This question was poised to me by a patient who was worried about getting a GBCA-enhanced MRI to evaluate a liver lesion seen on ultrasound.
This is a circumstance that patients are left to make their own risk-benefit analysis.
The first thing to realize is that you don't have to receive anything you don't want to get. Perhaps this alone is a liberating thought, and I think many patients when confronted by an insistent physician feel they have no choice - but you do. If you don't want something don't get it.
However, realize the down-side that maybe something important like a cancer can be missed.
1. Subjects at the highest risk for GDD, which is someone who had a GBCA injection and feel they have symptoms of GDD, should never get a GBCA injection again.
Other groups the absolute risk is unknown, and for many very low - but we now know is real.
2. The highest risk of those who may get GDD, perhaps 1 in 500 chance are white females with pre-existent autoimmune disease or strong family history.
3. If you add into the risk profile recent high dose antibiotic therapy, then the risk goes up even higher, maybe 1 in 100.
4. white men with the same associations as described above, probably have 1/4 the risk. So for 2. above probably a 1 in 2000 chance, and 3. 1 in 400 chance.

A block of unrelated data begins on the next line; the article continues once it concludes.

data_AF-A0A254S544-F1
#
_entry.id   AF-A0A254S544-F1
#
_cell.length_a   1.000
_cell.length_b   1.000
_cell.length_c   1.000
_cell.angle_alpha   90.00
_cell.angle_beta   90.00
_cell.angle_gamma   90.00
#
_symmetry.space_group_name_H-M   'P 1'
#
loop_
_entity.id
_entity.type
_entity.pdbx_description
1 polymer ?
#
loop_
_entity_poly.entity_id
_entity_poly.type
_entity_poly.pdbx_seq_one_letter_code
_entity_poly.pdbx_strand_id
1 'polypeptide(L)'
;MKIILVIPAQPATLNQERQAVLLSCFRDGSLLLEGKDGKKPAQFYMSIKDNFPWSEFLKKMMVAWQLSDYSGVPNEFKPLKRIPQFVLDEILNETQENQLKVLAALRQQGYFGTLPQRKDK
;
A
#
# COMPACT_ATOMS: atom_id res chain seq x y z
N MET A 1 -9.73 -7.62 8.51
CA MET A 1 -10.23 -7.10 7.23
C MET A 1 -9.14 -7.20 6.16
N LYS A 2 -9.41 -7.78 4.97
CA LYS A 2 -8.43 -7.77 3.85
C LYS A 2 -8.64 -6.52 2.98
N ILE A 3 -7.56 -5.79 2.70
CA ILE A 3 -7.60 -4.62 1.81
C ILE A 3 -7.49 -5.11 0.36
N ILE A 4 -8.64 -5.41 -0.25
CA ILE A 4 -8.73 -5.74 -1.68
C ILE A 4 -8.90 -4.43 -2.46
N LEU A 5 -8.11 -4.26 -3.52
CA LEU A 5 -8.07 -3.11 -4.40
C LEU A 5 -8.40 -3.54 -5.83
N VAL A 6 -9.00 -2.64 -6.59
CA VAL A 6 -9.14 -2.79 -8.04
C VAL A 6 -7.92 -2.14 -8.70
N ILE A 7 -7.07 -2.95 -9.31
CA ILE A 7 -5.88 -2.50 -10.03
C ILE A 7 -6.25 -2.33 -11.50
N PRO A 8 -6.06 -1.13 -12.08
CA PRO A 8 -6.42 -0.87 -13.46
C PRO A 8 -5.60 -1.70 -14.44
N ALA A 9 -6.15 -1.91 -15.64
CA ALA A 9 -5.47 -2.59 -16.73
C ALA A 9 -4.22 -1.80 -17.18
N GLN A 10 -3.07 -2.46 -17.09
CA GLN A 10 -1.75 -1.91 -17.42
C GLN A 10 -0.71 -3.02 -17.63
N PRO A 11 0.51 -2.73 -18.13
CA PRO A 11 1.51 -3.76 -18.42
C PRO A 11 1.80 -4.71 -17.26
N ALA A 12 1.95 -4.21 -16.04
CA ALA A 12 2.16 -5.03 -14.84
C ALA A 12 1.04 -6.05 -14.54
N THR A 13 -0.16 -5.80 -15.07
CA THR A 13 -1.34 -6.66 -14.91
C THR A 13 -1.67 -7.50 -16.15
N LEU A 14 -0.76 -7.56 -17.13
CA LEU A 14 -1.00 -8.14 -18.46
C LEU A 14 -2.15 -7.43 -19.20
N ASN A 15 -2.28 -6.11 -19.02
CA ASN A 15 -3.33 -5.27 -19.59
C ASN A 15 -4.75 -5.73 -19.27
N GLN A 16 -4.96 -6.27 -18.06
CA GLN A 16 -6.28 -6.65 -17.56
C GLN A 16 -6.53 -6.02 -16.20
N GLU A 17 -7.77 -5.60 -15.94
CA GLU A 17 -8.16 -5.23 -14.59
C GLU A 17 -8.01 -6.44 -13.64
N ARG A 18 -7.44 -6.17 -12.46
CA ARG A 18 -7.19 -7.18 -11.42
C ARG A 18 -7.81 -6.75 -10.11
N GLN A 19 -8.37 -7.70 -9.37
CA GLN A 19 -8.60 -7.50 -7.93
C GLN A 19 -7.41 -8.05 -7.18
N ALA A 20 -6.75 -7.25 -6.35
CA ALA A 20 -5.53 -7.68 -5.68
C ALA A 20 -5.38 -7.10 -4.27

The best alternative for liver imaging after MRI with GBCA, is either dynamic iodine contrast enhanced multipass CT, and probably next a noncontrast MRI.
But recall the risks that I have previously written on CT. A 3-phase CT delivers about 10 mSv of radiation which is about a 1 in 1,000 chance of cancer.
So you have to pick the risk you are most comfortable to accept. For me, for a liver study, 1,000 out of 1,000 times I would get a GBCA-enhanced MRI, but I have undergone maybe 12 GBCA injections and am not sick from it, so my risk of GDD I estimate at no higher than 1 in 500,000.
Of all the patients I think a white person with autoimmune disease and recent high dose antibiotic treatment is likely the one group that I would recommend staving off MRI with GBCA, atleast until the microbiome is restored.
This explains why I focus on finding predictors of disease for prevention (ideal is finding a specific gene or gene cluster) or finding optimal treatment for fast cure. Unfortunately no where near that. My close colleague at Stanford, with my prompting, has reached out to their rare disease group to see if they are interested in looking for a gene in GDD sufferers. I will post if there is interest to test GDD sufferers.
Richard Semelka MD Consulting
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